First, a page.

A new report looks at the likely impact on artists after the Arts Council England (ACE) decisions on fifteen previously Regularly Funded Organisations (RFOs) that were unsuccessful in the new National Portfolio Organisation (NPO) process application.

It shows that a disproportionate number of artists’ membership and development agencies and practice-based organisations lost core funding, despite ACE’s aim of creating a “balanced portfolio”. Many of these organisations are ambitious, punch above their weight and play a crucial strategic development role within the visual arts ecology.

Organisations include galleries Artsway and Castlefield, production companies s Folly, Isis Arts and PVA and membership organisations NewWorkNetwork and Contemporary Glass Society. They have all developed bespoke professional practice activity and expertise over a number of years across diverse visual arts practices, and provide significant, quantifiable opportunities for artists at early and mid-career. Consequently, they feed strategically into the work of bigger organisations that have neither capacity nor remit to undertake this depth of specific artist-centred development work.
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Regeneration at the Bubble Chamber

The Bubble Chamber has shown how art and culture can regenerate city centres by reimagining empty shops for artistic ventures throughout the West Midlands.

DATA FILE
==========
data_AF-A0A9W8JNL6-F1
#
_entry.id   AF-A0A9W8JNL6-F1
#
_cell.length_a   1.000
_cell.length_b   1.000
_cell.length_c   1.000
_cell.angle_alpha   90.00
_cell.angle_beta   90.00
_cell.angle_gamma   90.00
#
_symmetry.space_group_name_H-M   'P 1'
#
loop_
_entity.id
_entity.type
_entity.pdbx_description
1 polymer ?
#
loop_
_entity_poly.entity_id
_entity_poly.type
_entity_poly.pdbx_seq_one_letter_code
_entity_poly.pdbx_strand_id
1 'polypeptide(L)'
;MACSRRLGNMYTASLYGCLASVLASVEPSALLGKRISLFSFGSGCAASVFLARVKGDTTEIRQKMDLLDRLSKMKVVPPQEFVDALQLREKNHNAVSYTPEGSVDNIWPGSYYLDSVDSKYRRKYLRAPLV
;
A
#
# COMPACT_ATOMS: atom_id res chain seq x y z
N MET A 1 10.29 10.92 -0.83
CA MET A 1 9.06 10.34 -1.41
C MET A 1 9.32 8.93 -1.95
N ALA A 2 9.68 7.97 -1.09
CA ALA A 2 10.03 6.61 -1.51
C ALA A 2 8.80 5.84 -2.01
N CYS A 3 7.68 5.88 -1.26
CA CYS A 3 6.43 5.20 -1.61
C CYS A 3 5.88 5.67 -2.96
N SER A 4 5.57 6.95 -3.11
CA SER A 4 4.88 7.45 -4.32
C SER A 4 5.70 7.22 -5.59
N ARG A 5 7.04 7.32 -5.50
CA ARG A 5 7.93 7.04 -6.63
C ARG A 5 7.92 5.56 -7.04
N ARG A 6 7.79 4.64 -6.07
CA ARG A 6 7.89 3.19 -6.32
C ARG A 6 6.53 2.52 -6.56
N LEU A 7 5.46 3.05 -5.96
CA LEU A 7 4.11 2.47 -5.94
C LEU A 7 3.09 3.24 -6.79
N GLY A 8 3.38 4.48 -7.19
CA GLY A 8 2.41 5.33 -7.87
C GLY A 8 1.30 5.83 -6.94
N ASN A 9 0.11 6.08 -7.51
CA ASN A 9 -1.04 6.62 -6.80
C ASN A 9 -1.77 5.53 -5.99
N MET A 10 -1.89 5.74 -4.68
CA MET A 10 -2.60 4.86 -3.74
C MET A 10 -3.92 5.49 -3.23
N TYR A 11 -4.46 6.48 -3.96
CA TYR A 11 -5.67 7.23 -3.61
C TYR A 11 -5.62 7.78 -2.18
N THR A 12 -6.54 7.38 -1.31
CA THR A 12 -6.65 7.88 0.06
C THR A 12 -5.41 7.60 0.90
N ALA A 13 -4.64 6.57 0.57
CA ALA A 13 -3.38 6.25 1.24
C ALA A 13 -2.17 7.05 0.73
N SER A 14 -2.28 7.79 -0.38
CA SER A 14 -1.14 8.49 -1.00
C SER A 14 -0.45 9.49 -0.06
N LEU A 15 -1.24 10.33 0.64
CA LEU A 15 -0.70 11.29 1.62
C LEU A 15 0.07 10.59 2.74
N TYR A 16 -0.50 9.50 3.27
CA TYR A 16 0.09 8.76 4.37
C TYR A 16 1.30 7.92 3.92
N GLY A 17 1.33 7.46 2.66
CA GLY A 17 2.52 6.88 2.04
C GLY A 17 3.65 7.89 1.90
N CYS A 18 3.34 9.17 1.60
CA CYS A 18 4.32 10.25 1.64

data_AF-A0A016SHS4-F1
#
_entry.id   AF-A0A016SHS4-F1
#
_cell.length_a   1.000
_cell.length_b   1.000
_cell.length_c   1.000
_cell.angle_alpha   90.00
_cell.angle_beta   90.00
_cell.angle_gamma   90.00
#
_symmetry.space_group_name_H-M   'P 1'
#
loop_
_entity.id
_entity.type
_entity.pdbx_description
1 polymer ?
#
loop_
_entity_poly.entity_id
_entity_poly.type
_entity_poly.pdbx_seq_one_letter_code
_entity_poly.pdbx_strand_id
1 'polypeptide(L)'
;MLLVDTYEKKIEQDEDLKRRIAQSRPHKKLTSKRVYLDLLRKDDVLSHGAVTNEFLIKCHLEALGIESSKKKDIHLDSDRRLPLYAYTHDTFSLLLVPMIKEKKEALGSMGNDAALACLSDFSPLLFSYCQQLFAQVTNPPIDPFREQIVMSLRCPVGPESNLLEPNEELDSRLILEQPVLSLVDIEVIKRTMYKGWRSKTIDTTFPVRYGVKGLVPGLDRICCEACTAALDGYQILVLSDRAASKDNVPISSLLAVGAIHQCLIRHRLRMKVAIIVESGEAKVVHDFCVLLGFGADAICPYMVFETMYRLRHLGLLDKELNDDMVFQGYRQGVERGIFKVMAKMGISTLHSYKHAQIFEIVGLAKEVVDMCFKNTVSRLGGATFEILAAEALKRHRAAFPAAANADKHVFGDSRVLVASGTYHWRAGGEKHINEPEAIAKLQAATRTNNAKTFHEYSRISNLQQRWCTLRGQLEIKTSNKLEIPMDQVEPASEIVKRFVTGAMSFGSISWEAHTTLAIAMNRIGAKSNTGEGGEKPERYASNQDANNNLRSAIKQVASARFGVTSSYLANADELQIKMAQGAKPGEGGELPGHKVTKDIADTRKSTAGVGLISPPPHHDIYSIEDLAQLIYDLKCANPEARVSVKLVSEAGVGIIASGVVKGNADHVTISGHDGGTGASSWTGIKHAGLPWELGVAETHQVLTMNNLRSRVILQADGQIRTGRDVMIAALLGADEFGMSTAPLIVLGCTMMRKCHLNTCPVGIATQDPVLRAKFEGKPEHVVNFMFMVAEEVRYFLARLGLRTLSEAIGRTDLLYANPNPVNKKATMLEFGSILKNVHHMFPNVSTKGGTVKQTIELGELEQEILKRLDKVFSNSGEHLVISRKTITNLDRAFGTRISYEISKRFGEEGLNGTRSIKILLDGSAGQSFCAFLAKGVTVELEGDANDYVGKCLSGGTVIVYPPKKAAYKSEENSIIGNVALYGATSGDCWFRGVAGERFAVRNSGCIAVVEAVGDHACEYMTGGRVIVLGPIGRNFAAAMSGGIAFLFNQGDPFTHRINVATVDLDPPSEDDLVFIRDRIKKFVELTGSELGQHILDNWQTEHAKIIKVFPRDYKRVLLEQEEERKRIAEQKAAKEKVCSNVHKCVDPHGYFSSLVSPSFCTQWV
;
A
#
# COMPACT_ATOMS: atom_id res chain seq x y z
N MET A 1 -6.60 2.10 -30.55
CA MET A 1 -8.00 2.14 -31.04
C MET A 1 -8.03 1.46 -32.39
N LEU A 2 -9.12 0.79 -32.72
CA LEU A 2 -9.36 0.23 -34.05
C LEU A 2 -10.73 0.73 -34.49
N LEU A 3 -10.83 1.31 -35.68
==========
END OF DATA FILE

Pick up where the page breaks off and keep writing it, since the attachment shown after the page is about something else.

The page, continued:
Over 18 months the Bubble Chamber has been animating void spaces with live performance, film and computer technology. In Coventry, the initiative has been so successful that a resurgence of interest in a small but significant part of the city can be credited to local artists making a regenerative statement. Oliver Scott explains:

‘There are many artists in Coventry looking for creative spaces to develop their projects. Working in empty shops presents a new platform for engaging the public at street level’.
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Best of British burlesque

Burlesque is a beautiful and very English thing. Slightly risque, but never pornographic; slightly smutty, but never filthy.  So Worthing's most seaside venue, the magnificent Pier Pavilion, should be a perfect place for A Night of Burlesque.

All the acts tonight are excellent at what they do, but they do struggle at times. The audience is keen; a mix of drunken women out for parties, metrosexual couples and a smattering of elderly couples who I suspect saw this stuff first time round. But there's a problem with the size of the venue. With no stage set, props or dressing, some of the more subtle moves are lost in the Pavilion's large auditorium. Certainly comedy act Piff loses some of his magic tonight; finger puppets don't work ten rows back. A couple of the dancers fail to get the whoops and cheers for small moves that they might get in a more intimate venue too.

Amber Topaz is the official headline act, and she certainly knows how to reach the back of the auditorium. She's old-school end-of-the-pier stuff, great moves and dynamite tunes. As you'd expect, she's also a lady who knows how to remove a stocking.  

Slinky Sparkles doesn't need to, with stocking seams tattooed up her legs and finished with bows below a Marilyn-esque bottom. She does anyway, thankfully. And lots of other rather charming stuff with feather fans. She's a classical pin-up girl, great looks and lots of attitude.

Ginger Blush gives burlesque a brilliant twist. Proving that men will always go for women with a sense of humour, she uses the Fresh Prince of Bel Air theme for a rap about the life of Queen Elizabeth 1 and a wonderful costume - an ironing board that transforms into an Elizabethan dress. It's a mix of masterful burlesque, traditional variety and modern music that  means Ms Blush stands out from the crowd.